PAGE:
Eisenhower senior Matt Morris doesn’t even need to make eye contact with Trevon Evans to know whether his teammate is going to shoot or make a sweet pass.
If senior Daniel Southworth has the ball, Morris knows whether he’ll drive to the basket and shoot or kick it to someone on the perimeter.
This kind of knowledge comes from playing game after game together, even dating back to their team when they were kids, the Wichita Rebels.
“I’ve played with this team for years upon years,” Morris said. “I feel like I’m able to read my teammates.”
Never miss a local story.
Such chemistry is vital as Eisenhower (19-1) opens postseason play by hosting Goddard (4-16) at 7:30 Wednesday night. With a win, Eisenhower would, on Friday, host the winner of Liberal (6-14) at Maize South (15-5).
The Eisenhower players usually text or tweet at each other if they’re not together. Morris has taken freshman Matt Pile under his wing and they’ve become close friends. Evans calls junior Bailey Strunk the younger brother he wishes he had.
“We know how people will react if we say something to them,” Evans said. “We know how they would feel if we use a tone in a different way. We know how they’re going to respond to certain situations.”
He said Morris can take the most.
“You can yell at him all you want, and he’ll just start playing harder,” Evans said. “It’s great having someone like him on the team.”
Strunk is the comedian, and Brennan Stemple, Griffin Jones and Tyler Buchanan are also the funny guys.
So is there a calming presence on the team?
“That’s probably Daniel,” Evans said. “He really keeps us in line, tries to get us to stay focused. I just feel I’m part of everything, really. I know I’m the leader of the team, supposed to keep them focused, supposed to keep everybody in line.”
The friendship between the players has resulted in a team with one goal of getting to the 5A tournament. Eisenhower had one regular season loss in 2012-13, as well, but lost to Kapaun in the sub-state final.
“Every time someone says ‘sub-state,’ Kapaun pops into my head,” Evans said. “It was very tough. We thought we would just come in and go to state. We had such a successful season. When they came in and beat us on our home court, it was rough.”
Evans was an All-State selection by The Eagle in 2013, averaging 25.8 points with eight games of 30 or more, including a season-high 44 points.
In Eisenhower’s final regular season game on Feb. 27, Evans had 13 points, while Buchanan and Strunk each had 16, Southworth and Stemple had 12 apiece and Morris had 11.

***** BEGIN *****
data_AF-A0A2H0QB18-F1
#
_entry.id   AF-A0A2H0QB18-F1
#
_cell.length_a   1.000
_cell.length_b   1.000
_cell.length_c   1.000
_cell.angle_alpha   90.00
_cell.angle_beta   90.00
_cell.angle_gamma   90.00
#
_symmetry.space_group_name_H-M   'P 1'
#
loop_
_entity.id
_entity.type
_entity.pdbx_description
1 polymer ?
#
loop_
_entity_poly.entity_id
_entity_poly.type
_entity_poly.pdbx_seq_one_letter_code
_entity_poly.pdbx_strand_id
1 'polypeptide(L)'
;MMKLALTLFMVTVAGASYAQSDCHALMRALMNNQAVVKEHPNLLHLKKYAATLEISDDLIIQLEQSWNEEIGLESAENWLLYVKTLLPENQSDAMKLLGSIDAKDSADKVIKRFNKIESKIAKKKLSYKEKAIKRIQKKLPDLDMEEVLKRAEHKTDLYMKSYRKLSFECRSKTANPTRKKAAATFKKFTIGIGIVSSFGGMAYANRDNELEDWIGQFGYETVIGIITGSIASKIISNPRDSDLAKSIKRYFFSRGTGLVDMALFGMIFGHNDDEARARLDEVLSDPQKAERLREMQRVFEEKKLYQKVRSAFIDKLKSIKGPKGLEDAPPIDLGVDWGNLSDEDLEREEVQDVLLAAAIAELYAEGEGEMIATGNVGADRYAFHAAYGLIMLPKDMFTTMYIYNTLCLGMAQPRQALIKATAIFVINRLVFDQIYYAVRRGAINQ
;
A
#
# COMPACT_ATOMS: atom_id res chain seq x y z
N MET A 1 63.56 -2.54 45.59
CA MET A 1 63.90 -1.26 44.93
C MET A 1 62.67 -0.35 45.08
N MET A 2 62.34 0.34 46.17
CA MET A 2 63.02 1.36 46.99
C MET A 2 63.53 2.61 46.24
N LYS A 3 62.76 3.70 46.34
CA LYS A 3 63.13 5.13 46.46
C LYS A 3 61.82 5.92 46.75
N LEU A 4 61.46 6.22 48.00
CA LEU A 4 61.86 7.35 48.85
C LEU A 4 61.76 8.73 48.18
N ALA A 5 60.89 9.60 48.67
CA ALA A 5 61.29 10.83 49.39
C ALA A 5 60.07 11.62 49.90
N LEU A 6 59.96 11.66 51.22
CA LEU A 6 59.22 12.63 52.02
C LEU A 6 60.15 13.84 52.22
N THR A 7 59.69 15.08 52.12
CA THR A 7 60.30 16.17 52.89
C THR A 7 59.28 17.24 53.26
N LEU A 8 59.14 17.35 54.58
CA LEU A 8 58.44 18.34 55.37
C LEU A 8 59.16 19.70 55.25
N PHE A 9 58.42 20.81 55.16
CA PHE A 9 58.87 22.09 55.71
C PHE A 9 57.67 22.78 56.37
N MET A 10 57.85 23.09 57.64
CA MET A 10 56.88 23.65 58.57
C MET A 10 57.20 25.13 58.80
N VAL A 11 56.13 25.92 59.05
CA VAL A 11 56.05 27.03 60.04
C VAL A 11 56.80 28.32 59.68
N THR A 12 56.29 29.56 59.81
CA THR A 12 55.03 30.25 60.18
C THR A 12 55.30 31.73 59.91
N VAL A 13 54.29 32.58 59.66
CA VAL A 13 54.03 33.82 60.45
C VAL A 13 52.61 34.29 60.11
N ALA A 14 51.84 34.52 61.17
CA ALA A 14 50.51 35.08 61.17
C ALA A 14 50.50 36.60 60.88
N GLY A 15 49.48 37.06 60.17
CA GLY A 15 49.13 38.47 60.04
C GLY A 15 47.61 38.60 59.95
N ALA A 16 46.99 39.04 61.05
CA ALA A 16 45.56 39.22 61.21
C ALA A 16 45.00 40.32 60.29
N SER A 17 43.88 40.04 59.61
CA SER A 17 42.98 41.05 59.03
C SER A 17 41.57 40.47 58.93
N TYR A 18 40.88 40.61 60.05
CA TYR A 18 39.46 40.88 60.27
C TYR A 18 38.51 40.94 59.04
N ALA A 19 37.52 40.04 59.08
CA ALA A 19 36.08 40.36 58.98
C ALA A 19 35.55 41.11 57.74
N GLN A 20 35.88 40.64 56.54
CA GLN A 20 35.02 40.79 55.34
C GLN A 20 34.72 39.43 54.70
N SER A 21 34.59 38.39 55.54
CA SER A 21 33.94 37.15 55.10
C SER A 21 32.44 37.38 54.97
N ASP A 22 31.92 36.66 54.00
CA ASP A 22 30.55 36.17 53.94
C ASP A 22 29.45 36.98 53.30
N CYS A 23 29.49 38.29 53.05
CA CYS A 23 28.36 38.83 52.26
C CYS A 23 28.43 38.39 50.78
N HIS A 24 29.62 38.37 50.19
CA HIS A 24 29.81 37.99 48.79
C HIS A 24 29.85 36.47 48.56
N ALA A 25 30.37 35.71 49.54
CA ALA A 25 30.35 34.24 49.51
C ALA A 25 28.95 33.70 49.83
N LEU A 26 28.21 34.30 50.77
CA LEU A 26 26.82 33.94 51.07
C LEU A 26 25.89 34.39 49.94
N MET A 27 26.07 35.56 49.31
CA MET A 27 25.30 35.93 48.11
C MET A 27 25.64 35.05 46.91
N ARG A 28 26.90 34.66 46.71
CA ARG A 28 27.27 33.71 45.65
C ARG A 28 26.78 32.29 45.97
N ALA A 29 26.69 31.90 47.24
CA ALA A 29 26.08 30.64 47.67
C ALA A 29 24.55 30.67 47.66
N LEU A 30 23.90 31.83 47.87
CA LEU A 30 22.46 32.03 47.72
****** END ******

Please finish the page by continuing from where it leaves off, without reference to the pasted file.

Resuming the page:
Eisenhower doesn’t need Evans to put up big offensive numbers to win.
“He’s been a better leader, a lot more vocal in practice, picking guys up. He leads in high fives,” Eisenhower coach Steve Blue said. “This year he’s focused on us being successful and doing what he needs.”
Evans’ scoring is only down three points a game, and he’s averaging 22.7 points, 3.5 rebounds and 3.2 assists.
“Everyone’s acting like I’m just supposed to score 30 points every game,” Evans said. “Our team is a lot different than we were last year. We have more people that can score. Tyler’s been great. I don’t have to score as much for us to win. It’s great to have that lifted off of me.”
Eisenhower has the depth and balance to win a 5A title, and the Tigers knew they had something special heading into the season with a strong core of Evans, Southworth and Morris, all three-year starters.
Stemple and Southworth each average 7 points per game, while Southworth adds 5.5 rebounds and 5.1 assists. Morris averages 10 points, 6.2 rebounds.
Eisenhower can shoot threes or battle inside. Quickness helps defensively, and to move the ball up the floor to score in transition.
But when Buchanan transferred in from Indiana, the addition was welcome. He provides another body inside and he can step out to shoot the three. He’s averaging 13.7 points, 7.8 rebounds.
Just as critical? Buchanan fit in well with the team. He’s Eisenhower’s sixth man, but he is so athletic that he could start for most other schools.
“He’s so unselfish,” Blue said. “He’s not trying to do anything else other than fit in. The seniors know they need him. He gives us a lot of things other players can’t give you.
“He has fit in perfectly. Like he’s been here the entire time.”